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Your 2024-2025 Benefits Guide

High Cholesterol

Healthy Cholesterol is a Key to a Healthy Heart.

Healthy Cholesterol is a Key to a Healthy Heart.

High blood cholesterol is a major risk factor for heart disease. It affects about one in five Americans, many of whom don’t know it because high cholesterol levels alone do not cause symptoms. Knowing what your cholesterol numbers are and how to keep them in check can lower your risk for developing heart disease and reduce the chance of having a heart attack or stroke. Hint: Your lifestyle plays an important role…and you may find it’s easier than you think to make some necessary changes.

What is Cholesterol?

Cholesterol is a waxy fat-like substance found throughout your body. It is present in the walls and membranes of every cell, including cells in your brain, nerves, muscle, skin, liver and heart. It’s also a building block for hormones, vitamin D and bile acids, which are necessary for fat digestion. Without cholesterol, your body could not function properly. Some of your cholesterol comes from the foods you eat. But the bulk of it is actually made in your body, specifically in the liver. In fact, your liver has the ability to make all the cholesterol your body needs. Two types of cholesterol that are commonly measured are low-density lipoproteins (LDL) and high-density lipoproteins (HDL).

Excess LDL cholesterol in your blood is considered “bad” because it has a tendency to deposit in the walls of your arteries, particularly those that lead to the heart. Over time, these deposits (called plaque) can build up, causing the arteries to narrow and harden – a condition known as atherosclerosis. When this happens, blood flow to the heart may be reduced, possibly triggering symptoms such as chest discomfort (angina). When blood flow is completely stopped, usually due to a blood clot, a heart attack can occur. Arteries leading to the brain can also become narrowed by too much cholesterol and if there is blockage, a stroke may occur.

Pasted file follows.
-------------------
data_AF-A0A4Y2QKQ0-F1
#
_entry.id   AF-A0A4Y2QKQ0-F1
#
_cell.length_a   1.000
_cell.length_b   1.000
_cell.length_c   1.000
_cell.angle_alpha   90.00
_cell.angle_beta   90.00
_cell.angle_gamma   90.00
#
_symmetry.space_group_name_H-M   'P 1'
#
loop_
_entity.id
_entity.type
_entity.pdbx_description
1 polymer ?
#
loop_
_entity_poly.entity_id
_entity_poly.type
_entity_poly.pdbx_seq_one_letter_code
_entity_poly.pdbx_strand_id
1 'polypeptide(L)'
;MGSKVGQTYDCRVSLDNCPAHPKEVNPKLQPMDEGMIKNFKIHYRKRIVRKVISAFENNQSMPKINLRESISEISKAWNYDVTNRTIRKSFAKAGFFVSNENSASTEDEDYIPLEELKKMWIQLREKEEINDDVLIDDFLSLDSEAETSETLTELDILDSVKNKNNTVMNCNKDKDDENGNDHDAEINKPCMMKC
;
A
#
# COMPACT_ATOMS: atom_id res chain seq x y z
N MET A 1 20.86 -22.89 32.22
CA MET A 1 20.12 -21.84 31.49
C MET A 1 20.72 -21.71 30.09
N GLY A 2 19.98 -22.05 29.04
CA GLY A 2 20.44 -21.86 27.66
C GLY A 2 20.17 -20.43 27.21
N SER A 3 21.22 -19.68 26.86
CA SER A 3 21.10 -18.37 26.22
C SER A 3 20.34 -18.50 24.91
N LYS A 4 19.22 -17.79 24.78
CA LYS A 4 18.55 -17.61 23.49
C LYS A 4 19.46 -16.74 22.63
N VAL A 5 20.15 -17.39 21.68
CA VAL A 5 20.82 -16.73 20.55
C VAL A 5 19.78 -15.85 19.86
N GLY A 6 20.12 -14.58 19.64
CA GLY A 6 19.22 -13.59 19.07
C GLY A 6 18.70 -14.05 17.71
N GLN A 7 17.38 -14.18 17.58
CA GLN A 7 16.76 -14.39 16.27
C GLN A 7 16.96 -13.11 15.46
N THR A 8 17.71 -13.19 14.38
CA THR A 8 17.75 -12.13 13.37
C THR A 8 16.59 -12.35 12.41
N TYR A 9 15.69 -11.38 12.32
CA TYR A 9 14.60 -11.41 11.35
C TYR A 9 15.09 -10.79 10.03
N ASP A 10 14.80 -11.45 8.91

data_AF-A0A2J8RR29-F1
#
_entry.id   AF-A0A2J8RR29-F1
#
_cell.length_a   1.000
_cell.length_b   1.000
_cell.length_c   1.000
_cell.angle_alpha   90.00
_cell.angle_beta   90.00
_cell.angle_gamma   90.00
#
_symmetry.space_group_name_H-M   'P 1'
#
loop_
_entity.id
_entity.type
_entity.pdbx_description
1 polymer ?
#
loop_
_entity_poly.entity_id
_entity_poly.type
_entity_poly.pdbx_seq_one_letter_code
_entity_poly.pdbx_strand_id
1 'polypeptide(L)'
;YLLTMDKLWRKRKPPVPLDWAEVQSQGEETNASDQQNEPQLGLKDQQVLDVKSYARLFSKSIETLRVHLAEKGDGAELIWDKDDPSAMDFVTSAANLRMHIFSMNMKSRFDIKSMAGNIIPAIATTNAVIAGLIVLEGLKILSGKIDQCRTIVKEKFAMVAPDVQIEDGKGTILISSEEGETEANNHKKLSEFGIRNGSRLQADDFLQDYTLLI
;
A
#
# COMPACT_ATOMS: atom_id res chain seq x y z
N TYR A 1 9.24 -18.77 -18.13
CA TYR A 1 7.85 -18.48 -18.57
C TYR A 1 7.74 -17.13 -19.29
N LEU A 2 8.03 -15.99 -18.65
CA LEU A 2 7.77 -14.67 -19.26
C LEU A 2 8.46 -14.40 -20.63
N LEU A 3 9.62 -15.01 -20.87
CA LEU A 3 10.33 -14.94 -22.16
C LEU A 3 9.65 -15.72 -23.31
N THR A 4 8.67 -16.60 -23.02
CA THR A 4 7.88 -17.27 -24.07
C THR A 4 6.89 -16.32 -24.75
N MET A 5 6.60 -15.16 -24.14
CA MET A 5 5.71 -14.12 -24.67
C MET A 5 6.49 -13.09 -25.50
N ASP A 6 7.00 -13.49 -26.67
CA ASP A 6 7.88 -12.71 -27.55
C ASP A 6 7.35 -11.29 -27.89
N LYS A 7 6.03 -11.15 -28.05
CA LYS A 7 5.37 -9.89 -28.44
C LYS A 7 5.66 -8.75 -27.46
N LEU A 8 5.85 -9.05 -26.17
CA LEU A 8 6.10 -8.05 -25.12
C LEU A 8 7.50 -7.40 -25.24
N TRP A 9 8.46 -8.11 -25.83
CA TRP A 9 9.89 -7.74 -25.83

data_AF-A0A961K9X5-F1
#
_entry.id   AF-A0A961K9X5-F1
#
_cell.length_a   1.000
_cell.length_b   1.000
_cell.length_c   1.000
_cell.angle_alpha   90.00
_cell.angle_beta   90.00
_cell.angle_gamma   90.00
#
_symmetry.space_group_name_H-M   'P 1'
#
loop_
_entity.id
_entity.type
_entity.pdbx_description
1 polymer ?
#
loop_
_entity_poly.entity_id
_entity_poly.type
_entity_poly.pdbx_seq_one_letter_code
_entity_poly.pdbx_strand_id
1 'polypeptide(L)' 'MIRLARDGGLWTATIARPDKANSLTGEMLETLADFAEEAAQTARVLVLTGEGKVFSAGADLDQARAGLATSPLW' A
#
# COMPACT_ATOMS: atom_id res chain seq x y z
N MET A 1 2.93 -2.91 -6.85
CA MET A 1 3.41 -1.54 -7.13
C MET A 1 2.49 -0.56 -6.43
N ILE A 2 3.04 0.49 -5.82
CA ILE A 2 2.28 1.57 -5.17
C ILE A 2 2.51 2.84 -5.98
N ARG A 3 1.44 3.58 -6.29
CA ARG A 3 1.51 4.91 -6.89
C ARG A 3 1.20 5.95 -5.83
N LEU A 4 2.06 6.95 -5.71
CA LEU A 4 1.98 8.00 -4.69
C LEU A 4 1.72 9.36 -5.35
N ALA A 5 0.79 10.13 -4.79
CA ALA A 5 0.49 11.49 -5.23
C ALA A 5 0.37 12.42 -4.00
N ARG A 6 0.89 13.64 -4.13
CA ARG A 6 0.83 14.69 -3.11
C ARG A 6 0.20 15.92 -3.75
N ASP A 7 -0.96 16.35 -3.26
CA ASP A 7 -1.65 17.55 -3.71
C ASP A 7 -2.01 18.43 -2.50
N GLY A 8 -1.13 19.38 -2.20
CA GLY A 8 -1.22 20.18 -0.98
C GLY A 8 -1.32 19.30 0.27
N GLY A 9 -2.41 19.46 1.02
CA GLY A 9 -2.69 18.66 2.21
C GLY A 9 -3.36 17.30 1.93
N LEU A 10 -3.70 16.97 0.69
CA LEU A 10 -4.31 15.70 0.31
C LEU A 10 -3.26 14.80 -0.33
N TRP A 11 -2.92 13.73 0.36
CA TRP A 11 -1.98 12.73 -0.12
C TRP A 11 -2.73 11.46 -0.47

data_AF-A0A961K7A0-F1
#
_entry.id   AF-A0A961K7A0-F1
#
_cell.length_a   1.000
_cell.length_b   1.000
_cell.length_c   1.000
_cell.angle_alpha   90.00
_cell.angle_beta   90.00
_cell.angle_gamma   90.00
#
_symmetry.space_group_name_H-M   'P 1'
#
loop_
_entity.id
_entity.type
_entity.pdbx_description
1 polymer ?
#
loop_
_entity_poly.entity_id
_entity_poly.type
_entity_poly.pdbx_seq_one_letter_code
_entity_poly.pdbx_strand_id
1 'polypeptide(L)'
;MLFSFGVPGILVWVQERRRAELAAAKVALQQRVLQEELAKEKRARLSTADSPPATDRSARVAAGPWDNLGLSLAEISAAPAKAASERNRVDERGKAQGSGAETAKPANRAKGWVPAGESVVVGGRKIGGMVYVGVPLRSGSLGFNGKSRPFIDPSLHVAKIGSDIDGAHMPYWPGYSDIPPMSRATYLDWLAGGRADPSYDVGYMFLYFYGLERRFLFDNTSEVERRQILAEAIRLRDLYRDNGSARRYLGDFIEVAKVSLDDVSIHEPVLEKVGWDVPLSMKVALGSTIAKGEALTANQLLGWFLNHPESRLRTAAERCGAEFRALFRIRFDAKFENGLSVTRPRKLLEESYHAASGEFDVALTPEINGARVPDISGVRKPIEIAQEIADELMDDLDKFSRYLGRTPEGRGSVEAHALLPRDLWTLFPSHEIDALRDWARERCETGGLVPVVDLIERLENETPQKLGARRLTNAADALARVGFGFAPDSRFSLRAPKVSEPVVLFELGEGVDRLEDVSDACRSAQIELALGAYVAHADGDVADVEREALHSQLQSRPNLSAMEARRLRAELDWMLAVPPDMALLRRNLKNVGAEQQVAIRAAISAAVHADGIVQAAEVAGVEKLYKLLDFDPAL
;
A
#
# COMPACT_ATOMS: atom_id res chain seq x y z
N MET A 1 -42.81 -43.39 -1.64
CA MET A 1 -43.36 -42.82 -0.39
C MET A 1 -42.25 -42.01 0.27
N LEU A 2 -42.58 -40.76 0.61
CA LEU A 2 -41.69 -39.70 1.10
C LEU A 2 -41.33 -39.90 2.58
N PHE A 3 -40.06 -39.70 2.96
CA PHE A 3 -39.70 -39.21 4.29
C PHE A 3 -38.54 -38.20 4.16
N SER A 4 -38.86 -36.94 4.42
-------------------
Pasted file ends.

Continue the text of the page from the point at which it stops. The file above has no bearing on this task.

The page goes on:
HDL cholesterol, on the other hand, is considered “good” because it has the opposite effect. It travels through the blood, picking up excess LDL cholesterol and taking it back to the liver where it can be eliminated by the body or recycled.

 

Reducing LDL cholesterol and increasing HDL cholesterol is a powerful combination that can help lower your risk for heart disease.

Know Your Numbers

It is recommended that adults age 20 and older have their cholesterol measured at least every five years. If you have been told you have high or borderline-high cholesterol, are over age 45, and/or have other risk factors for heart disease, you will likely need to have your cholesterol checked more frequently.

The preferred way to learn your cholesterol numbers is by having a lipid profile (or lipid panel) done. This is a simple blood test that is often done at the same time as other routine blood tests, such as during an annual physical. The lipid profile provides information about:

  • Total cholesterol
  • LDL cholesterol
  • HDL cholesterol
  • Triglycerides (another form of fat in the blood)

The following table shows how cholesterol test results are generally classified.

Total Cholesterol Less than 200 mg/dl
200-239 mg/dl
240 mg/dl and higher
Desirable
Borderline high
High
LDL Cholesterol  Less than 100 mg/dl
100-129 mg/dl
130-159 mg/dl
160-189 mg/dl
190 mg/dl and above
Optimal
Near optimal
Borderline high
High
Very high
HDL Cholesterol  60 mg/dl and higher
Less than 40 mg/dl
Protective (low risk)
Low (high risk)
Triglycerides  Less than 150 mg/dl
150-199 mg/dl
200-499 mg/dl
500 mg/dl and greater
Normal
Borderline high
High
Very high

Lifestyle Counts!

It’s no secret that lifestyle is a good first line of attack against unhealthy cholesterol levels (and triglycerides) and heart disease. Consider adding these heart-healthy tips to your life today:

  • Eat a heart-healthy diet, such as…
    • A colorful variety of fruits and vegetables each day
    • Choosing foods high in soluble fiber (e.g. oats, barley, dried beans and peas, apples, and ground flax seeds)
    • Eating more dietary fiber in general (such as whole grain breads, brown rice, fruits and vegetables)
    • Choosing heart-healthy fats such as olive, nuts and seeds
    • Eating at least two servings of fish a week, especially oily fish rich in omega-3 oil like salmon, tuna, trout, mackerel, herring and sardines
    • Choosing lean meats, skinless poultry breast, and vegetable meat alternatives (soy)
    • Choosing nonfat, 1 percent or low fat dairy products
  • Be physically active
  • Lose weight, or maintain a healthy weight
  • Avoid all tobacco products

What About Medication?

For some people with certain risk factors, a cholesterol-lowering medication may be recommended. Your doctor can help decide what is best for you. Whether you take a medication or not, it’s still important to focus on eating right, maintaining a healthy weight, and being physically active. A healthy lifestyle is important for everyone.

SmithsLivingWell Resources

To learn more about how you can manage your cholesterol, considering talking with a Health Coach. You can visit www.liveforlife.net/hfit/Smiths and click the My Coach link or call HealthFitness to enroll in coaching at 800-851-5951, Option 2.